Very Little People: Borrowers, Lilliputians, and Tom Thumb

 

IMAGINARY LITTLE PEOPLE

In William Joyce’s George Shrinks (HarperCollins, 1987), George wakes up to find that he’s just three inches tall – but he creatively copes, managing to make his bed, brush his teeth, and do the dishes, as well as dealing with the now-gigantic family cat and his even more enormous baby brother. (He also takes a great ride in a toy airplane.) For ages 3-7.
  Horton the Elephant, the kind and dependable hero of Dr. Seuss’s Horton Hears a Who! (Random House Books for Young Readers, 1954) hears a nearly inaudible cry for help and rescues a small speck of dust from blowing into a pool. The speck turns out to contain an entire population of infinitesimal people, and Horton spends the rest of the book protecting them from disbelieving acquaintances – because, after all, “a person’s a person, no matter how small.” There’s no better role model than Horton. For ages 4-8.
  Florence Sakade’s Little One-Inch and Other Japanese Children’s Favorite Stories (Tuttle Publishing, 2008) is an illustrated collection of ten different traditional tales, among the “The Spider Weaver,” “The Crab and the Monkey,” and “The Rabbit Who Crossed the Sea.” “Little One-Inch” is the story of a thumb-sized baby boy who grows up to be a tiny samurai warrior, and then sets off to seek his fortune, armed with a needle, and using a soup bowl as a boat, with chopsticks for oars. For ages 4 and up.
  Tom Thumb by Richard Jesse Watson (Sandpiper, 1993) is an adaptation of the traditional English tale in which a woman wishes desperately for a baby – even one “no bigger than my husband’s thumb.” Her wish is granted and soon the tiniest of baby boys is born. Named Tom Thumb by the faeries, he grows up to have many adventures, and eventually is knighted by King Arthur.  Watson’s illustrations are exquisite paintings filled with natural details: lovingly depicted birds, animals, and plants, Tom’s acorn cradle, and Tom’s field-mouse steed. For ages 4-9.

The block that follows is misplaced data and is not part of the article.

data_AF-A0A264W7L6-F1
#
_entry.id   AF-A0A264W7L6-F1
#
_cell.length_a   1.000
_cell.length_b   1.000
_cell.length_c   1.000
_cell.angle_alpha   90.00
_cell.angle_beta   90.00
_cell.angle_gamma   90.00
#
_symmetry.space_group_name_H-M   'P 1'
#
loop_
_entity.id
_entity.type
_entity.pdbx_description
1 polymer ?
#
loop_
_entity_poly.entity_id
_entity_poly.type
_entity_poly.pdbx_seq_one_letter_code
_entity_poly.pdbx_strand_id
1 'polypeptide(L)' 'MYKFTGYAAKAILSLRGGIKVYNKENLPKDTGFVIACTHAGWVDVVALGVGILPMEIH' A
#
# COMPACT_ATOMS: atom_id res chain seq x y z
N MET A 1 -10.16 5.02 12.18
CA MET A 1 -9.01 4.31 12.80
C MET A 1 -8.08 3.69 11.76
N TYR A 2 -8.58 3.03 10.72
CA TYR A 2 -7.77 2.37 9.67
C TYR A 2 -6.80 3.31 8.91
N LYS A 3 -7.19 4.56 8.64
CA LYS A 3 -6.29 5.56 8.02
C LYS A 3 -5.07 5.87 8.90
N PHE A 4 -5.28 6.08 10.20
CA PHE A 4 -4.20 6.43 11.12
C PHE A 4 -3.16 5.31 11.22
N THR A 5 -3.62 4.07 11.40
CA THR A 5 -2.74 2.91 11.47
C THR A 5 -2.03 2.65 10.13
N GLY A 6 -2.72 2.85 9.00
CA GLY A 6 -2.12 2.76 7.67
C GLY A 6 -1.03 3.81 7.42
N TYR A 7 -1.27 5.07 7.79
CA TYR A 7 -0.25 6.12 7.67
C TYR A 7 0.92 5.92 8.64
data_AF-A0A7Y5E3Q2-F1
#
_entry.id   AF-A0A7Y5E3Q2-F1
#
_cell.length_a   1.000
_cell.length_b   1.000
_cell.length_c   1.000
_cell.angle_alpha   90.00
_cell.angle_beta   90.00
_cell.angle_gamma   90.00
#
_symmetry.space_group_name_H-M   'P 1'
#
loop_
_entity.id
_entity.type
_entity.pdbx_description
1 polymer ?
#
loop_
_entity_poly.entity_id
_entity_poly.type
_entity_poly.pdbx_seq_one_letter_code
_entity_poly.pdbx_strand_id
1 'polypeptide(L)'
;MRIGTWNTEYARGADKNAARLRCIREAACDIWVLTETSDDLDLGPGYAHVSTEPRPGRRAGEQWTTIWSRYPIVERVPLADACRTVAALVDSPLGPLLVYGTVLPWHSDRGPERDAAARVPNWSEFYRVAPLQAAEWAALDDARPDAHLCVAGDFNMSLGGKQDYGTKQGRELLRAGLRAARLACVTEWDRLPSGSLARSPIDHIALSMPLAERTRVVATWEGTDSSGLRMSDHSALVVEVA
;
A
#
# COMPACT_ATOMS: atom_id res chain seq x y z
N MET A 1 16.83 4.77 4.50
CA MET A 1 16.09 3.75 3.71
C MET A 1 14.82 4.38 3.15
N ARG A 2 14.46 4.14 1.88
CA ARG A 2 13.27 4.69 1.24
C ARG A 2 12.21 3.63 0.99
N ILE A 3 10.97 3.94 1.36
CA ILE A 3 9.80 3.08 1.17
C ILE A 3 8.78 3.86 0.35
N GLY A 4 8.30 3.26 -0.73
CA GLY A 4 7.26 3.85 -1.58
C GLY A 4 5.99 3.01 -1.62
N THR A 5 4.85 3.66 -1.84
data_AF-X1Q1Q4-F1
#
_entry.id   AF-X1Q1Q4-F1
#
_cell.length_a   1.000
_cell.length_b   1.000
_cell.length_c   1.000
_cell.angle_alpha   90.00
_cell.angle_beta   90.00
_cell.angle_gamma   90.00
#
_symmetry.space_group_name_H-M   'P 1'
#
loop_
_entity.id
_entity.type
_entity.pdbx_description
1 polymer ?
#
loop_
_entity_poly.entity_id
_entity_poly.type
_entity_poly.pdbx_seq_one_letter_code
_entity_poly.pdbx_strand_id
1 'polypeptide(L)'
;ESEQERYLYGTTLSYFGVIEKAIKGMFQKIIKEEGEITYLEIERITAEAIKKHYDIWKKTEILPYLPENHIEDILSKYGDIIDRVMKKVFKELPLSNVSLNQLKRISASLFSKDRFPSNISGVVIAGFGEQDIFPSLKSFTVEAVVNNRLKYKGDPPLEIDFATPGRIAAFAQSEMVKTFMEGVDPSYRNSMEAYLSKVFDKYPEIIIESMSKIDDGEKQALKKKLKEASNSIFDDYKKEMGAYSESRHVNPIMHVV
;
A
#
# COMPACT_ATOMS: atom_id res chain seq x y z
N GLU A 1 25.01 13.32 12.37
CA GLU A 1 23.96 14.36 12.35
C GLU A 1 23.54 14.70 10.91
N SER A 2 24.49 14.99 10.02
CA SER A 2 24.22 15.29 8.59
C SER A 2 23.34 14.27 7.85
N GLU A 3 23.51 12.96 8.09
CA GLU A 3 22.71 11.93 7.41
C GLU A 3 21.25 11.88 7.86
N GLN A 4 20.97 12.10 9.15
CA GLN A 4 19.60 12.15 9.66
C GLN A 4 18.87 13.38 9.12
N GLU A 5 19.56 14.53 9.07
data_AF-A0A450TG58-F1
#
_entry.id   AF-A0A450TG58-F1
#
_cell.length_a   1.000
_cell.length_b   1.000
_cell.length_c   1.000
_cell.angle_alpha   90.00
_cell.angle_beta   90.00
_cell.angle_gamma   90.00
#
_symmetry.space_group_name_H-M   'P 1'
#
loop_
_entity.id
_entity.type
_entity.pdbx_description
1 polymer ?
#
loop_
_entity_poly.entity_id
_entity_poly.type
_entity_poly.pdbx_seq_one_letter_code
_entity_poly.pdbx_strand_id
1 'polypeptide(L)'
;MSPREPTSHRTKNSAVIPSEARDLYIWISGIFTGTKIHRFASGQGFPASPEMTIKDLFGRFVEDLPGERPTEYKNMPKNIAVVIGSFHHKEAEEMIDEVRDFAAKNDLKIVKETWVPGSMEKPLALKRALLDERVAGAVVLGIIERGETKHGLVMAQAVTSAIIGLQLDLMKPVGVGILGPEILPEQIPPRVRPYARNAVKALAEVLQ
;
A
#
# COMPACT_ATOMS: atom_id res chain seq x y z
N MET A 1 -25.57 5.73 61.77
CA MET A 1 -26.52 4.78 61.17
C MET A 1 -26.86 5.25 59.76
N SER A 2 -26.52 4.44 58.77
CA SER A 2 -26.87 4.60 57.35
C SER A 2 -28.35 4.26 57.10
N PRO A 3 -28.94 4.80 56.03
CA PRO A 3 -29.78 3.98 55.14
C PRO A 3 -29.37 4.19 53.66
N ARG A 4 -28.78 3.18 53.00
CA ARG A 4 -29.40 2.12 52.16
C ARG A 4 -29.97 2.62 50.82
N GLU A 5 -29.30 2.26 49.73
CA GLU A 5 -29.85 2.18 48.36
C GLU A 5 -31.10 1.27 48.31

From the Core Knowledge Foundation, Tom Thumb Stories From Around the World is a series of six lessons on multicultural Tom Thumb tales targeted at early-elementary students.
  My favorite of the many picture-book versions of Hans Christian Andersen’s Thumbelina is Amy Ehrlich’s adaptation, with lovely Victorian-style illustrations by Susan Jeffers (Dutton Juvenile Books, 2005).  Like all Andersen tales, Thumbelina is somewhat eerie. The tiny girl who sleeps in a walnut-shell bed under a flower-petal coverlet is first kidnapped by a frightening toad and marooned on a lily pad, and then (almost) forcibly married to a blind mole, before she escapes to find her perfect home with the king of the fairies. For ages 4 and up.
  For the complete works of Hans Christian Andersen online, see Hans Christian Andersen: Fairy Tales and Stories.
Sur la Lune Fairytales’ Thumbelina has an annotated online text, a gallery of illustrations, a list of related multicultural fairy tales about tiny people, modern interpretations of the story, and a bibliography.
  Randall Jarrell’s translation of Snow-White and the Seven Dwarfs (Square Fish, 1987) is a stunningly gorgeous version of the story, with illustrations by Nancy Ekholm Burkert. Also see Sur la Lune Fairytales’ Snow White for an annotated text, historical background information, an associated book list, and the names of Disney’s seven dwarfs.
  Julia Roberts as Evil Queen? For information about the Snow-White-based 2012 movie Mirror Mirror, see the Internet Movie Database.
  John Peterson’s The Littles (Scholastic, 2011) is the first of a series of short chapter books about a tiny family (with mouse-like tails) who lives in the walls of the Bigg family house – and who, in exchange for food and supplies, keep the Bigg house is running order. Then the Biggs go on vacation, leaving the house in the hands of the slovenly Newcombs. What follows is an infestation of mice and a cat.  Many sequels. For ages 6-9.
  In Florence Parry Heide’s The Shrinking of Treehorn (Holiday House, 1992), Treehorn is clearly shrinking, but no one around him seems to notice or care. (“Nobody shrinks,” said Treehorn’s father.) Finally, in the nick of time, Treehorn manages to solve the problem on his own – but even that doesn’t get much of a response. (“That’s nice,” said Treehorn’s mother.) Funny and frustrating, with terrific deadpan illustrations by Edward Gorey. For ages 6 and up.